News
News
10/27/2006
10:50 PM
Connect Directly
RSS
E-Mail
50%
50%

Time To Teach Digital Etiquette, Experts Suggest

As cyberbullying increases, users on YouTube and elsewhere are trying to do something about it.

Cyberspace has become the breeding ground for a new type of bully. Rather than stealing a child's lunch money, the bullies are now taking pride, experts at Kansas State University said Friday.

Kansas State University Professor Mike Ribble said traditional bullies that get in the person's face must deal with the victim's body language and eye contact, but in cyberspace the bully benefits from the safety of isolation.

Ribble, who teaches a course known as Digital Citizenship in the 21st Century, defines "cyberbullying" as a person who anonymously ridicules or belittles another in conversations online in Internet chat rooms, bulletin boards, or social network sites, such as New Corp's MySpace.com or Google Inc.'s YouTube.com.

"It's too easy to write the first thing that comes into your head and then hit send before thinking of the long-term consequences," Ribble said.

Users forget even though they may delete a message, it's typically backed-up somewhere for future review. Ribble said it's an old school of thought, but people need to think about what they want to say before they write it.

On the YouTube Web site, company bloggers Maryrose and Mia posted a note earlier this week titled "Please Be Decent and Kind" to encourage those who visit the site to mind their manners.

"We've got thick skin, so we're not talking about the "wtf-why-is-this-featured" jabs at our (sniff, sniff) senses of humor and taste," the post reads. "We're talking about the hateful comments directed at users who've done nothing to hurt anyone. Comments about their sexual orientation or weight or looks or skin color; things that we all know don't count a bit toward what's really important."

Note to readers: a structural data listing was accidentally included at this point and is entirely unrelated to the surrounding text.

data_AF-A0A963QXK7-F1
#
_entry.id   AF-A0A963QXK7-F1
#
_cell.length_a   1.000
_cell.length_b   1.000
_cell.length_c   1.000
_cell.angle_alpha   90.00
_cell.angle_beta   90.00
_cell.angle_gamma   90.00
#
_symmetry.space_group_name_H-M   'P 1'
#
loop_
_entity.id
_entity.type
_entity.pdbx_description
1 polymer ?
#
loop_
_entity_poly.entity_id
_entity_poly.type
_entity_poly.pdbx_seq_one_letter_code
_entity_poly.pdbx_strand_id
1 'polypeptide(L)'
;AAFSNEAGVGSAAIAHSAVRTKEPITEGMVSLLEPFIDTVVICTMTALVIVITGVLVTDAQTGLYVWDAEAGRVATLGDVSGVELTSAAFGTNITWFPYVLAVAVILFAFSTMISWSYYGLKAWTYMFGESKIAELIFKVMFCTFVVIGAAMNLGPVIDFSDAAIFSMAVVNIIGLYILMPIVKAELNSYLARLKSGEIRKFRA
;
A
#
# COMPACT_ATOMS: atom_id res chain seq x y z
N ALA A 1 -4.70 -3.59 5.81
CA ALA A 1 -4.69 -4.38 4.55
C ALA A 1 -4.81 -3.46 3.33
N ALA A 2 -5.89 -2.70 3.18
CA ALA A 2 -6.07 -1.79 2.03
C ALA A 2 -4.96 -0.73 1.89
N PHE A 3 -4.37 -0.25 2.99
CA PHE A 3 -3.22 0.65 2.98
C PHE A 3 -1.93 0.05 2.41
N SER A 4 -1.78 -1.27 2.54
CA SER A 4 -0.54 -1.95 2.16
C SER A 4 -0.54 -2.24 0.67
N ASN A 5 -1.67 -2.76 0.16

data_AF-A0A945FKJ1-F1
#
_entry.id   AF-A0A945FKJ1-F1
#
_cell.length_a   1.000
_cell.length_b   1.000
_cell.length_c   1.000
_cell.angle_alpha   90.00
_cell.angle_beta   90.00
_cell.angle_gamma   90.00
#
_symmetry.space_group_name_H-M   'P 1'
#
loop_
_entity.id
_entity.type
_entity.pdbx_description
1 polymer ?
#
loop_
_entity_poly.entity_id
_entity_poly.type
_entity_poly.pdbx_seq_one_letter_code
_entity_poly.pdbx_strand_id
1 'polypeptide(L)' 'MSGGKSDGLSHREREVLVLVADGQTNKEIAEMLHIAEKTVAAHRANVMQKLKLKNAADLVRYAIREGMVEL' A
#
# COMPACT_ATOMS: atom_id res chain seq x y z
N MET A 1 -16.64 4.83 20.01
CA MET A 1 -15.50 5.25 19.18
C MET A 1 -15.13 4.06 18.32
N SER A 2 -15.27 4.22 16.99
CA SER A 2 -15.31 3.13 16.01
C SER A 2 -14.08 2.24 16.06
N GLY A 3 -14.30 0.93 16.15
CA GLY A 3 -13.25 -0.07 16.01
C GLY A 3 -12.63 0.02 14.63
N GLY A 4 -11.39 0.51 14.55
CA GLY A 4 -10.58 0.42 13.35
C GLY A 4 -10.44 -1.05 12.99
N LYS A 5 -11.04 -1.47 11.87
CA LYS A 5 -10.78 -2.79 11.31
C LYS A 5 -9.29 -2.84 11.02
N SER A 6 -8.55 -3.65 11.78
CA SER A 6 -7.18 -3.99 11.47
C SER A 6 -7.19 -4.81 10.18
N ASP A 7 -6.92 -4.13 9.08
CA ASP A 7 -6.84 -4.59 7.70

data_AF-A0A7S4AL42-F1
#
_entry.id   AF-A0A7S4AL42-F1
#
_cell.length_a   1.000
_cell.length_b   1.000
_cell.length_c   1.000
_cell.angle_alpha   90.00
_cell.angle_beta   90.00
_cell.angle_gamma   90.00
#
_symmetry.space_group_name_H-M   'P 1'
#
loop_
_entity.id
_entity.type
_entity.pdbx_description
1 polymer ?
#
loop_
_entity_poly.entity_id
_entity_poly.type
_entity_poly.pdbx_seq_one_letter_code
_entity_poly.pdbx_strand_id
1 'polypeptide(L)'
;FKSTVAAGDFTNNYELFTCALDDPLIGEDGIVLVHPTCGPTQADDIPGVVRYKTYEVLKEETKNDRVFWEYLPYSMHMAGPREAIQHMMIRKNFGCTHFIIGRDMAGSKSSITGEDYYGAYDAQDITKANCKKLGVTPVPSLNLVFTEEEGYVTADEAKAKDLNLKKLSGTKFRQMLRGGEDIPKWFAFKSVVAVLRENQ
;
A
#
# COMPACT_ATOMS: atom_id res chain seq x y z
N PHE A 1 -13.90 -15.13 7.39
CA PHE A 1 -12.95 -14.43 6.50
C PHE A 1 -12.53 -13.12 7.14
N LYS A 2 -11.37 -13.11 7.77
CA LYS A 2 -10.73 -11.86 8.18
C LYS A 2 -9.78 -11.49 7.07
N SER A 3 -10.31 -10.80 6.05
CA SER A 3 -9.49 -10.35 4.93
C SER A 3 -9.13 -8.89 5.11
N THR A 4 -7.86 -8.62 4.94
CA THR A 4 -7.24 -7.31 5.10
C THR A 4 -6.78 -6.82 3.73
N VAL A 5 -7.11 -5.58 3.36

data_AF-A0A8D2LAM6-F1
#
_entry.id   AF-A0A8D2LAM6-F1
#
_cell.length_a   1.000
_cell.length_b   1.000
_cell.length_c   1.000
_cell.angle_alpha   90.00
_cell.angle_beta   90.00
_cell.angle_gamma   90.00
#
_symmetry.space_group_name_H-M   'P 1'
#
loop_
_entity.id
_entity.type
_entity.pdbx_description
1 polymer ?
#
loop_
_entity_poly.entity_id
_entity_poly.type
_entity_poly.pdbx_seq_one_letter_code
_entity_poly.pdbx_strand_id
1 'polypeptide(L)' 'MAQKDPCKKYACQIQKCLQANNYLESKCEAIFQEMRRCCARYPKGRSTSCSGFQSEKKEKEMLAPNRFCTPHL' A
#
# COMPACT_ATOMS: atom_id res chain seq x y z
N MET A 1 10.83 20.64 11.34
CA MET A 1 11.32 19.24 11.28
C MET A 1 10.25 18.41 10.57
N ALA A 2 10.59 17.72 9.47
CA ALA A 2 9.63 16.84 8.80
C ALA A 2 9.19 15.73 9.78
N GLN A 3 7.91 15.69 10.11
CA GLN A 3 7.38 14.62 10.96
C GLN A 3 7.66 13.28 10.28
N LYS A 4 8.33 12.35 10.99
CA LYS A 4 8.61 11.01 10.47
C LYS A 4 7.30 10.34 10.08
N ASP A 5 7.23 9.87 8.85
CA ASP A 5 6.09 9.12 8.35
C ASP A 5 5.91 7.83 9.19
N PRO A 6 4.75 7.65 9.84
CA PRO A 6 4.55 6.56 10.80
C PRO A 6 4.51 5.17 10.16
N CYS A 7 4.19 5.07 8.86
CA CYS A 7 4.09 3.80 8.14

The blog post stopped short of a full lecture, as the YouTube gang tried to encourage users to treat each other "decently and kindly." Still, it's not clear if the blog posted earlier this week has done any good.

But the problems go far deeper than being "decent and kind." Ribble suggests schools and educators need to start teach children digital etiquette because as more technology becomes deeply integrated with daily life.

Comment  | 
Print  | 
More Insights
The Business of Going Digital
The Business of Going Digital
Digital business isn't about changing code; it's about changing what legacy sales, distribution, customer service, and product groups do in the new digital age. It's about bringing big data analytics, mobile, social, marketing automation, cloud computing, and the app economy together to launch new products and services. We're seeing new titles in this digital revolution, new responsibilities, new business models, and major shifts in technology spending.
Register for InformationWeek Newsletters
White Papers
Current Issue
InformationWeek Tech Digest - July 22, 2014
Sophisticated attacks demand real-time risk management and continuous monitoring. Here's how federal agencies are meeting that challenge.
Flash Poll
Video
Slideshows
Twitter Feed
InformationWeek Radio
Live Streaming Video
Everything You've Been Told About Mobility Is Wrong
Attend this video symposium with Sean Wisdom, Global Director of Mobility Solutions, and learn about how you can harness powerful new products to mobilize your business potential.